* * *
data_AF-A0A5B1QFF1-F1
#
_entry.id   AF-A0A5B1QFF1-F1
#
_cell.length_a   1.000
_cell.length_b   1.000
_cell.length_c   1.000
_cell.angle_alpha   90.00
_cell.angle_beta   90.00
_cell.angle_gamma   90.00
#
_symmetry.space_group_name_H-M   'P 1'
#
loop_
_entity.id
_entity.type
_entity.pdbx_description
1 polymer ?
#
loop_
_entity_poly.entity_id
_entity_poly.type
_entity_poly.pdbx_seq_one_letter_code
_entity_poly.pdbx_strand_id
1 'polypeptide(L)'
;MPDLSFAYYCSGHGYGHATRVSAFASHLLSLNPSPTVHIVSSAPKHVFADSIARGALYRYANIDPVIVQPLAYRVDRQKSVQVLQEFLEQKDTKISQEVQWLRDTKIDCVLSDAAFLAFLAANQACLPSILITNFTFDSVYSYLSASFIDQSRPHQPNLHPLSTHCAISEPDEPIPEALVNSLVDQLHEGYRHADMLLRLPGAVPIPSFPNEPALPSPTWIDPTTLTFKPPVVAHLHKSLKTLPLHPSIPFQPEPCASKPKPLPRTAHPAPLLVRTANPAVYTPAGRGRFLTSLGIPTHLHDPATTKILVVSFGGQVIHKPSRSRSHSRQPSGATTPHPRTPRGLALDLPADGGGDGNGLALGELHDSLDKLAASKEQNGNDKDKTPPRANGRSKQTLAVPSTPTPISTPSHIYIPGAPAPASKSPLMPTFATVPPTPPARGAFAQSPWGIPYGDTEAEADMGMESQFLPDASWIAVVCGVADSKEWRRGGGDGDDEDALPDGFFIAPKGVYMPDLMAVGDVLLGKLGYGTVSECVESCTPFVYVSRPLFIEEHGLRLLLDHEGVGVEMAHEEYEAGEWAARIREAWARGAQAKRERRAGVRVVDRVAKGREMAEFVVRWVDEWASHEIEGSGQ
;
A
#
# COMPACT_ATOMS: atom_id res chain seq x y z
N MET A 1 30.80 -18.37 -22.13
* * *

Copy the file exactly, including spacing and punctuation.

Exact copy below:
data_AF-A0A5B1QFF1-F1
#
_entry.id   AF-A0A5B1QFF1-F1
#
_cell.length_a   1.000
_cell.length_b   1.000
_cell.length_c   1.000
_cell.angle_alpha   90.00
_cell.angle_beta   90.00
_cell.angle_gamma   90.00
#
_symmetry.space_group_name_H-M   'P 1'
#
loop_
_entity.id
_entity.type
_entity.pdbx_description
1 polymer ?
#
loop_
_entity_poly.entity_id
_entity_poly.type
_entity_poly.pdbx_seq_one_letter_code
_entity_poly.pdbx_strand_id
1 'polypeptide(L)'
;MPDLSFAYYCSGHGYGHATRVSAFASHLLSLNPSPTVHIVSSAPKHVFADSIARGALYRYANIDPVIVQPLAYRVDRQKSVQVLQEFLEQKDTKISQEVQWLRDTKIDCVLSDAAFLAFLAANQACLPSILITNFTFDSVYSYLSASFIDQSRPHQPNLHPLSTHCAISEPDEPIPEALVNSLVDQLHEGYRHADMLLRLPGAVPIPSFPNEPALPSPTWIDPTTLTFKPPVVAHLHKSLKTLPLHPSIPFQPEPCASKPKPLPRTAHPAPLLVRTANPAVYTPAGRGRFLTSLGIPTHLHDPATTKILVVSFGGQVIHKPSRSRSHSRQPSGATTPHPRTPRGLALDLPADGGGDGNGLALGELHDSLDKLAASKEQNGNDKDKTPPRANGRSKQTLAVPSTPTPISTPSHIYIPGAPAPASKSPLMPTFATVPPTPPARGAFAQSPWGIPYGDTEAEADMGMESQFLPDASWIAVVCGVADSKEWRRGGGDGDDEDALPDGFFIAPKGVYMPDLMAVGDVLLGKLGYGTVSECVESCTPFVYVSRPLFIEEHGLRLLLDHEGVGVEMAHEEYEAGEWAARIREAWARGAQAKRERRAGVRVVDRVAKGREMAEFVVRWVDEWASHEIEGSGQ
;
A
#
# COMPACT_ATOMS: atom_id res chain seq x y z
N MET A 1 30.80 -18.37 -22.13